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who had changed their password on time, but had not changed their preferences on all their Internet accessing devices. “After changing your eID password, you may also need to change the password settings for your local email client, including changing password information on your mobile device,” said Harvard Townsend, chief information security officer. “If you have moved to KSU Wireless or KSU Housing for wireless, you will need to enter your new password to reconnect.” Changing eIDs every semester is the best practice for security, and some universities require students to change their password every 90 or 120 days. In addition to universities, many large corporations and government agencies require employees to
change passwords more than twice a year. “In the calendar year 2010, 445 different K-Staters were tricked by phishing scam emails into giving their password to a criminal,” Townsend said. “The hacker then used the stolen eID and password to log in to Webmail and send thousands of spam emails. They could also get into iSIS, K-State Online and every other system accessed with an eID.” These computer hackers sometimes wait several months before using the stolen account password, so if K-State students changed their password during this time, their account should be safe. For more information or to request assistance, the IT Help Desk can be reached at 785-532-7722 or helpdesk@ ksu.edu.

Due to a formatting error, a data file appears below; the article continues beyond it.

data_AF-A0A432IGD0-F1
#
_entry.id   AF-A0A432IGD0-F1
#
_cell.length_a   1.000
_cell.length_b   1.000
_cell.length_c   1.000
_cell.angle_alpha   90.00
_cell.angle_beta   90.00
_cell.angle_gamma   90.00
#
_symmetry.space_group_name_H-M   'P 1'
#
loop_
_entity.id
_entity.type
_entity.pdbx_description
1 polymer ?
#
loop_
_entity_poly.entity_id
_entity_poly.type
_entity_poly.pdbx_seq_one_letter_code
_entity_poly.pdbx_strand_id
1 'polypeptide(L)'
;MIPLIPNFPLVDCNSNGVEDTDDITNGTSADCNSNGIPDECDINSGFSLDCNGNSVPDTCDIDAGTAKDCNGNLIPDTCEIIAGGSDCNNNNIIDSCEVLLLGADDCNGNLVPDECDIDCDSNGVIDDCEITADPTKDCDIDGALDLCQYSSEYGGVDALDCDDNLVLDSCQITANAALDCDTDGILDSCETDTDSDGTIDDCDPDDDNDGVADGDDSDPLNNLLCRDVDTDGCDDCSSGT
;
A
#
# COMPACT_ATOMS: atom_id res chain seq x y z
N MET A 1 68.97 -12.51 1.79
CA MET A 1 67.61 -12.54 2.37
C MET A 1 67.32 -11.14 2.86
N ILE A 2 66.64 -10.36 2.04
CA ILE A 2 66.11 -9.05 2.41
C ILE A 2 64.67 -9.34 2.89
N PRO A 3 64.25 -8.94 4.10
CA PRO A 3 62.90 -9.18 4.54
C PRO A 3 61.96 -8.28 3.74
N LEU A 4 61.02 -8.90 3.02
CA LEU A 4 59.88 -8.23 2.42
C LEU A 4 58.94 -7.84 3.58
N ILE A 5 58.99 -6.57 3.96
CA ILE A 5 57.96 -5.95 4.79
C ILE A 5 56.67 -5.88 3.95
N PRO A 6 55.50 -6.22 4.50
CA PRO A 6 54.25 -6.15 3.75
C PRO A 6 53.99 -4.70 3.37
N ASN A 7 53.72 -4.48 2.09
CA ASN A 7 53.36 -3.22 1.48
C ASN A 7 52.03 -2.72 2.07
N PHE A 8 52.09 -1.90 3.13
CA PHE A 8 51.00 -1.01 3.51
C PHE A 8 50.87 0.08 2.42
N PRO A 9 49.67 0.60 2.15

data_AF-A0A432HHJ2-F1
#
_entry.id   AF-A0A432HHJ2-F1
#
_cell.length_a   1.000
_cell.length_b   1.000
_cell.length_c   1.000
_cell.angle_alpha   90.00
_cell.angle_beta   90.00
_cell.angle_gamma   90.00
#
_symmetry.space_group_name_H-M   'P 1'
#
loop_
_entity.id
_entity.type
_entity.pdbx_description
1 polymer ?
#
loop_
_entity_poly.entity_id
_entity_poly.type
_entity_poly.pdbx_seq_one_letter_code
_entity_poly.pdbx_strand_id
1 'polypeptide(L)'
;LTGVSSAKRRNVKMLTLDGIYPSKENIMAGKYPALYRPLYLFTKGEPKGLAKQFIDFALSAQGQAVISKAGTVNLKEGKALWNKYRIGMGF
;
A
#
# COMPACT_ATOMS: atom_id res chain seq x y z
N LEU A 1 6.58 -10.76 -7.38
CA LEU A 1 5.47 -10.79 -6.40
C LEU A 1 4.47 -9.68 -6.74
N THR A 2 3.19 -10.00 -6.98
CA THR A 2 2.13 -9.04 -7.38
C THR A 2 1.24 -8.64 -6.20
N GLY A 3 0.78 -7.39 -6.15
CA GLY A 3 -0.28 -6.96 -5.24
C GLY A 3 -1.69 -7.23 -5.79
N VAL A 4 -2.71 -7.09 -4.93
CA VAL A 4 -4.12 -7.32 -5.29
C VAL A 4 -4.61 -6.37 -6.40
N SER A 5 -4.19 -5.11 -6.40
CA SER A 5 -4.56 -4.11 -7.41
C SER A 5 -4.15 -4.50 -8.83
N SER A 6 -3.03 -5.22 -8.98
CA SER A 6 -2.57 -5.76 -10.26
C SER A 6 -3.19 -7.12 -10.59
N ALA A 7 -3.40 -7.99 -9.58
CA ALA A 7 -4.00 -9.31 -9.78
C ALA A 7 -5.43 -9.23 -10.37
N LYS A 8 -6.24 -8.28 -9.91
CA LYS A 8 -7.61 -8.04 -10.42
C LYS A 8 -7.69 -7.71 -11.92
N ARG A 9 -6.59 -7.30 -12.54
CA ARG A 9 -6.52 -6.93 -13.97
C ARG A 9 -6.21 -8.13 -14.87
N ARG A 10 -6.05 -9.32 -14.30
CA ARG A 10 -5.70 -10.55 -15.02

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CORRECTIONS There was an error in the Sept. 20 issue of the Collegian. In an opinion column, Michele Bachmann was said to be the governor of Minnesota. She is actually a U.S. Representative from Minnesota. There were errors in the Sept. 26 issue of the Collegian. Never Say Never, the Pi Kappa Alpha benefit concert, was said to have raised $2,000 last year. The fraternity raised $12,000 and, after expenses, donated $2,000 to charity. The article about author Christopher Nichols’ lecture erroneously stated it was the 115th anniversary of Washington’s Farewell Address. It was the 215th anniversary. The Collegian regrets these errors. If you see something that should be corrected or clarified, call Managing Editor Caroline Sweeney at 785-532-6556, or email firstname.lastname@example.org.
The Kansas State Collegian, a student newspaper at Kansas State University, is published by Student Publications, Inc. It is published weekdays during the school year and on Wednesdays during the summer. Periodical postage is paid at Manhattan, KS. POSTMASTER: Send address changes to Kedzie 103, Manhattan, KS 66506-7167. First copy free, additional copies 25 cents. [USPS 291 020] © Kansas State Collegian, 2011 All weather information courtesy of the National Weather Service. For up-to-date forecasts, visit nws.noaa.gov.